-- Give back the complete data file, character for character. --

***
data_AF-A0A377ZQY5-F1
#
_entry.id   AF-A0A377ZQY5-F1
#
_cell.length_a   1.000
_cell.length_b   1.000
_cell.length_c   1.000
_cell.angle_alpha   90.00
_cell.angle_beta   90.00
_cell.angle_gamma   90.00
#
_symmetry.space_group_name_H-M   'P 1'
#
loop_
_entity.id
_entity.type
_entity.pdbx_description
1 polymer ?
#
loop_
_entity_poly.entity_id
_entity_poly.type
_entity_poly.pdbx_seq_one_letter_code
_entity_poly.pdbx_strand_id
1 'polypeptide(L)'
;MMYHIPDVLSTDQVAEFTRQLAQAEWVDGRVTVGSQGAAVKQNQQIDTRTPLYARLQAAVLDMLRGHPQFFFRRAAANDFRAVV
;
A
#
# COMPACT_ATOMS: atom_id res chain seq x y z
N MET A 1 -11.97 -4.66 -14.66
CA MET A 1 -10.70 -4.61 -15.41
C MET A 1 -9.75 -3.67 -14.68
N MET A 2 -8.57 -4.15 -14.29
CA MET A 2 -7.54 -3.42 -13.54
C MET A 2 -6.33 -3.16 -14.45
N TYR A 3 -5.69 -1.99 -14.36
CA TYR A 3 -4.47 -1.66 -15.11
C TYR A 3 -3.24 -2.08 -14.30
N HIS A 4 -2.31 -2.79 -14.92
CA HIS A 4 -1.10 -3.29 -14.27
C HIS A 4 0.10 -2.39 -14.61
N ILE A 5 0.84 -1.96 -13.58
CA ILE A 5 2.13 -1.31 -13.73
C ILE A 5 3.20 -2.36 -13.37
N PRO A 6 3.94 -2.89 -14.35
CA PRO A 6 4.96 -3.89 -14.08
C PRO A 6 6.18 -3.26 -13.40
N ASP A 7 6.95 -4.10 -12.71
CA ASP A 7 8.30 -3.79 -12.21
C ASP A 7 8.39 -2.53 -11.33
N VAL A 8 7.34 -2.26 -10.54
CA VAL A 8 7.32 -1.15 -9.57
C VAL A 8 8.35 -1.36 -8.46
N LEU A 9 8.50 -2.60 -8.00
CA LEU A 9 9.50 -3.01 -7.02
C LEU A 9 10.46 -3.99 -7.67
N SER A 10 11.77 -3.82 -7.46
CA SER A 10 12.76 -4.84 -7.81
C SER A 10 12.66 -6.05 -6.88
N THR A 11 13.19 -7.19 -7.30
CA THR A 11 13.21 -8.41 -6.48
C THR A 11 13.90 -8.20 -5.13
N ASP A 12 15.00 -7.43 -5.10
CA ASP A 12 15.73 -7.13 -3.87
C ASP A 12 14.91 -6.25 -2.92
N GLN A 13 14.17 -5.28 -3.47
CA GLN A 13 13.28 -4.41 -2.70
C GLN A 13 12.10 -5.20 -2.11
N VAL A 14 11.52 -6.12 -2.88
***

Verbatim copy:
data_AF-A0A377ZQY5-F1
#
_entry.id   AF-A0A377ZQY5-F1
#
_cell.length_a   1.000
_cell.length_b   1.000
_cell.length_c   1.000
_cell.angle_alpha   90.00
_cell.angle_beta   90.00
_cell.angle_gamma   90.00
#
_symmetry.space_group_name_H-M   'P 1'
#
loop_
_entity.id
_entity.type
_entity.pdbx_description
1 polymer ?
#
loop_
_entity_poly.entity_id
_entity_poly.type
_entity_poly.pdbx_seq_one_letter_code
_entity_poly.pdbx_strand_id
1 'polypeptide(L)'
;MMYHIPDVLSTDQVAEFTRQLAQAEWVDGRVTVGSQGAAVKQNQQIDTRTPLYARLQAAVLDMLRGHPQFFFRRAAANDFRAVV
;
A
#
# COMPACT_ATOMS: atom_id res chain seq x y z
N MET A 1 -11.97 -4.66 -14.66
CA MET A 1 -10.70 -4.61 -15.41
C MET A 1 -9.75 -3.67 -14.68
N MET A 2 -8.57 -4.15 -14.29
CA MET A 2 -7.54 -3.42 -13.54
C MET A 2 -6.33 -3.16 -14.45
N TYR A 3 -5.69 -1.99 -14.36
CA TYR A 3 -4.47 -1.66 -15.11
C TYR A 3 -3.24 -2.08 -14.30
N HIS A 4 -2.31 -2.79 -14.92
CA HIS A 4 -1.10 -3.29 -14.27
C HIS A 4 0.10 -2.39 -14.61
N ILE A 5 0.84 -1.96 -13.58
CA ILE A 5 2.13 -1.31 -13.73
C ILE A 5 3.20 -2.36 -13.37
N PRO A 6 3.94 -2.89 -14.35
CA PRO A 6 4.96 -3.89 -14.08
C PRO A 6 6.18 -3.26 -13.40
N ASP A 7 6.95 -4.10 -12.71
CA ASP A 7 8.30 -3.79 -12.21
C ASP A 7 8.39 -2.53 -11.33
N VAL A 8 7.34 -2.26 -10.54
CA VAL A 8 7.32 -1.15 -9.57
C VAL A 8 8.35 -1.36 -8.46
N LEU A 9 8.50 -2.60 -8.00
CA LEU A 9 9.50 -3.01 -7.02
C LEU A 9 10.46 -3.99 -7.67
N SER A 10 11.77 -3.82 -7.46
CA SER A 10 12.76 -4.84 -7.81
C SER A 10 12.66 -6.05 -6.88
N THR A 11 13.19 -7.19 -7.30
CA THR A 11 13.21 -8.41 -6.48
C THR A 11 13.90 -8.20 -5.13
N ASP A 12 15.00 -7.43 -5.10
CA ASP A 12 15.73 -7.13 -3.87
C ASP A 12 14.91 -6.25 -2.92
N GLN A 13 14.17 -5.28 -3.47
CA GLN A 13 13.28 -4.41 -2.70
C GLN A 13 12.10 -5.20 -2.11
N VAL A 14 11.52 -6.12 -2.88